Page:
A King County Charter amendment intended to increase voter turnout by moving many county elections from odd-numbered to even-numbered years was leading in Tuesday’s general election, with 69% of ballots in favor to 31% opposed.

The idea behind Charter Amendment No. 1 was to have all county races moved to the ballot during the same years as congressional and presidential elections, as well as gubernatorial and state legislative contests. Proponents of the measure say it would be more convenient to voters and combat “ballot fatigue” caused by holding elections every year.

The changes would impact the races for county executive, assessor, elections director and nine county council seats. Elections for King County Prosecuting Attorney and Superior Court judges are already held on even years.


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The amendment does not affect municipal elections, which are held in odd-numbered years in Seattle and many other cities.

Proponents point to the county’s election turnout numbers to justify the change. During presidential election years, the county sees turnout of nearly 80% of registered voters. During midterm elections, that number falls to about 70%.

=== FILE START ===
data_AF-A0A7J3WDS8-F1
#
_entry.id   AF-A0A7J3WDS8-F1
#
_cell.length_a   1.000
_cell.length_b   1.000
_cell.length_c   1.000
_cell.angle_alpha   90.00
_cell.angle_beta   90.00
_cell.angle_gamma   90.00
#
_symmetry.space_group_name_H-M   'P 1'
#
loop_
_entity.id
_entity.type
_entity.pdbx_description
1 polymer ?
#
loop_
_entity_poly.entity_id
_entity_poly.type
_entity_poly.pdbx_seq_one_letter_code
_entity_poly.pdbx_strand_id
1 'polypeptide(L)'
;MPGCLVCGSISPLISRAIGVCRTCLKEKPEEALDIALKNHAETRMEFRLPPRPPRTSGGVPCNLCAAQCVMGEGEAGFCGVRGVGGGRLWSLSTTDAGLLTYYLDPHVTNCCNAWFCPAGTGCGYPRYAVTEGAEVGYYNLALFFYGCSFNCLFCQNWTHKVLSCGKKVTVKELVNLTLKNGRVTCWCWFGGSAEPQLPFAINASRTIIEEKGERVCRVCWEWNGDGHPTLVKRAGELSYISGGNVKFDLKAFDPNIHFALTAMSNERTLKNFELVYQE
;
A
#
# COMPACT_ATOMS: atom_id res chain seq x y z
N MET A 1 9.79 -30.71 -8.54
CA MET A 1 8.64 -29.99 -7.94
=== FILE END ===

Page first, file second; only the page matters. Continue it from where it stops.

However, voter turnout drops to below 50% in odd-numbered year elections.

“Studies have repeatedly shown that aligning the timing of local elections with state and federal elections does more for raising and diversifying turnout than any other electoral reform we can adopt,” said Northwest Progressive Institute founder Andrew Villeneuve, co-chair of the Yes on King County Charter Amendment 1 committee.


“With the success of King County Charter Amendment 1, we’ll soon be joining 36 other counties in electing our county’s executive and legislative positions at times when most voters consistently turn out, which will raise the visibility of county government and ensure far more voters are participating in the selection of their elected representatives,” he said.

Proponents, including the League of Women Voters of Seattle-King County and the Urban League, say the change would increase public awareness and participation in the process. It could also broaden diversity of the county electorate by bringing county issues to the polls during years when the public is paying attention to state and national topics, they argue.

No opposition statement was submitted to the King County Voters’ pamphlet. Council members Pete von Reichbauer and Reagan Dunn were the only dissenting votes in June when the council sent the proposed amendment to the ballot.